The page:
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10-26-2006 11:13 PM  11 years agoPost 21
Paul99

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red_z06 I'm using the all plastic head that came with the CDE. The balls are older Aluminium ones.
Can you calculate approx. by how much the plastic links and aluminium balls shrink for each f?

Tintin - odd you felt nothing - I didn't feel it during flights but checking the head right after at home it got noticeably stiffer before loosening up again.

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10-26-2006 11:26 PM  11 years agoPost 22
Tonic

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Des Moines

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OK, this is all good info. I can deal with the batteries no problem. The only crash I've had was when a belt snaped so that's why I thought that cold weather would compound any belt isures.

Tonic

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10-26-2006 11:34 PM  11 years agoPost 23
OICU812

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Edson, Alberta, Canada

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Just keep them warm in your pocket or vehicle till you fly. I have flown up to -10 deg C and no worries, but I would not fly colder than that for certain. But I fly my packs, then leave and nothing is sitting for a big amount of time. The only concern or thing that was a difference for me was the belt loosening from the boom shrinking up from cold.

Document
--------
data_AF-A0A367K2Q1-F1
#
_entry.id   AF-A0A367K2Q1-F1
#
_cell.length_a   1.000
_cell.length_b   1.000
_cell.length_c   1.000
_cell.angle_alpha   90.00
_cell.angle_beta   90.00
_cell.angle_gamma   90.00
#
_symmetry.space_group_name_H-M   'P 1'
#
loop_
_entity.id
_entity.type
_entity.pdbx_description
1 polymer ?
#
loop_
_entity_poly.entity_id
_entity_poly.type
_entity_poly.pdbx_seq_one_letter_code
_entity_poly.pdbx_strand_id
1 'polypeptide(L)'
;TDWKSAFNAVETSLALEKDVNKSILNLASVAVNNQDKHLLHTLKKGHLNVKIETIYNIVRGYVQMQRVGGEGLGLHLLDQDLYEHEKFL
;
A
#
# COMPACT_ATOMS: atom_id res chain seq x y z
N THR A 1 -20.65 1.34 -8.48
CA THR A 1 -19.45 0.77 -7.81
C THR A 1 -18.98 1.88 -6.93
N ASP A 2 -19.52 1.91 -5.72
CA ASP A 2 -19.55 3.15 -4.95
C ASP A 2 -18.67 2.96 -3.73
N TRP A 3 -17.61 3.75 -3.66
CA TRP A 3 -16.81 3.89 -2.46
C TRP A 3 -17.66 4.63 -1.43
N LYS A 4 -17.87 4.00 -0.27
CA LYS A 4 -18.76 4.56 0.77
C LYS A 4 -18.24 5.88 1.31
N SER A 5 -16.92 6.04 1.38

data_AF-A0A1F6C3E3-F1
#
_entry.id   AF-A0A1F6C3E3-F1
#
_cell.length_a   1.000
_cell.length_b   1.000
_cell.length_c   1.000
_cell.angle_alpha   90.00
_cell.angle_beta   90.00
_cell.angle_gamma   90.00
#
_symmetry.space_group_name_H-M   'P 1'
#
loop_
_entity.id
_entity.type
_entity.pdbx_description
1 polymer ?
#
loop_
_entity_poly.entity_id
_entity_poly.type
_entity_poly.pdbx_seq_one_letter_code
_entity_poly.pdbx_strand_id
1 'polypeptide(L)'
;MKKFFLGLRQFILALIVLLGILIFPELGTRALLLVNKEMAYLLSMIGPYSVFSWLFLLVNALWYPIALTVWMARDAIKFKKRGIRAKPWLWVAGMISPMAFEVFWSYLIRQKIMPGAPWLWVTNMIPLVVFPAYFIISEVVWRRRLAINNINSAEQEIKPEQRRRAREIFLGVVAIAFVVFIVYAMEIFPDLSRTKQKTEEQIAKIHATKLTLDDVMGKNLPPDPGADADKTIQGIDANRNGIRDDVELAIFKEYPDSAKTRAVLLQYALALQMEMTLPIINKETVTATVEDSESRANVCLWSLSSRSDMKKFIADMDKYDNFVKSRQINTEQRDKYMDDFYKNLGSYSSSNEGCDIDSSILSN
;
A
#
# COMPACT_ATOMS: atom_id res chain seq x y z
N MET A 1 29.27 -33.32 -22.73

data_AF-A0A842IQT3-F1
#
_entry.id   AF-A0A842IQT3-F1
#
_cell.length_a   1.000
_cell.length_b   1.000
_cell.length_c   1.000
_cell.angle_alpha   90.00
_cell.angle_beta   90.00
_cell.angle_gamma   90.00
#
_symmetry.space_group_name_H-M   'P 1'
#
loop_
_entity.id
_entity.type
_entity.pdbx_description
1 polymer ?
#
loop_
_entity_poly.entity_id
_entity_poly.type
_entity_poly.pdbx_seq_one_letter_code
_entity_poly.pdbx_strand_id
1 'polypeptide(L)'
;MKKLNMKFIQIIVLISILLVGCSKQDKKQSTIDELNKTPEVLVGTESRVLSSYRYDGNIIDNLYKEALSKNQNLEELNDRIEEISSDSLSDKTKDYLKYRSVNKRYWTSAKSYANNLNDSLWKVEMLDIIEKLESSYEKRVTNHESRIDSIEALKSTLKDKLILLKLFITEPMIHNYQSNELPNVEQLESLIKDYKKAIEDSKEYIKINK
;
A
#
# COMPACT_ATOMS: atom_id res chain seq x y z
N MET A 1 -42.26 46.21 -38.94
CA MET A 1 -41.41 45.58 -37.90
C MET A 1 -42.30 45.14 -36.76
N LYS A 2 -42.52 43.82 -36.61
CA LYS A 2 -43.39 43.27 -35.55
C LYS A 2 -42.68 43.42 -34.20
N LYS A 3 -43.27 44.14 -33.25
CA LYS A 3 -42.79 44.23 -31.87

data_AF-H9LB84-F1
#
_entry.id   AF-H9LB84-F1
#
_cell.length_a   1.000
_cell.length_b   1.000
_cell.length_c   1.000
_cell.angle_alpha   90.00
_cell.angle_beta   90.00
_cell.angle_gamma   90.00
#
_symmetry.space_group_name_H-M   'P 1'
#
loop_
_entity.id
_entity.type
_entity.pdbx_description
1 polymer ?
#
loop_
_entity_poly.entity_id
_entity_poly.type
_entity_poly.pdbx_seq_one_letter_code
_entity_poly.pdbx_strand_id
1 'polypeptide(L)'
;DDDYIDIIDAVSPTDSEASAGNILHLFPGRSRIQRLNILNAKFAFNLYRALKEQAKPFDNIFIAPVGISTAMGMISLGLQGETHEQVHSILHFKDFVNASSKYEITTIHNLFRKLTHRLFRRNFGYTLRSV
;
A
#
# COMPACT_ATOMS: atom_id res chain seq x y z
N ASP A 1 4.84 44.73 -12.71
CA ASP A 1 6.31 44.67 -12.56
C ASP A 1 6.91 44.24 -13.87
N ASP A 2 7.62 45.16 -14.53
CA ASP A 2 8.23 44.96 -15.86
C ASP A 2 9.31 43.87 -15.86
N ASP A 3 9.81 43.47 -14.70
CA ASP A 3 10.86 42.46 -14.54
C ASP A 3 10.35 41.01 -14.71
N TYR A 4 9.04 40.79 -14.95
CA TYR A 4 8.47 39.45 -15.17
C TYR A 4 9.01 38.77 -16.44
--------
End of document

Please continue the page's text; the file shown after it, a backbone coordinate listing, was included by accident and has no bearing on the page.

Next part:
...Once upon a time there were Nitros, flybars and frequency pins...

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10-26-2006 11:45 PM  11 years agoPost 24
red_z06

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Dumont, NJ

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Plastic vary in CTE as much as 3-4 times from the lowest to highest. If nylon links are used over aluminum balls, gap will increase at a rate of 3.2x10-5 in/in/deg f. That means 0.000032inch per inch per deg f. if they were both 1inch at 0def f, then at 100deg f, plastic will be taller by 0.0032 or slightly tall than by human hairs thickness. But, since the balls are about (guessing) 0.15inch dia., the gap will increase by 0.0005inch or so.

www.JustinJee.com

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10-27-2006 12:34 PM  11 years agoPost 25
Tonic

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Des Moines

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Red,

Wow, how do you konw that stuff?

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10-27-2006 12:44 PM  11 years agoPost 26
red_z06

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Dumont, NJ

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I'm a mechanical design engineer.

www.JustinJee.com

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10-27-2006 01:06 PM  11 years agoPost 27
Tonic

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Des Moines

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Red,

OK, I am going to do some measurement then. Now … can I use you figures or are they just estimates?

Just kidding! I had to show your reply to my wife. Just kind of take me back a little how much knowledge people have on this form. Love it!

Tonic

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10-27-2006 01:30 PM  11 years agoPost 28
Tintin

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Akershus, Norway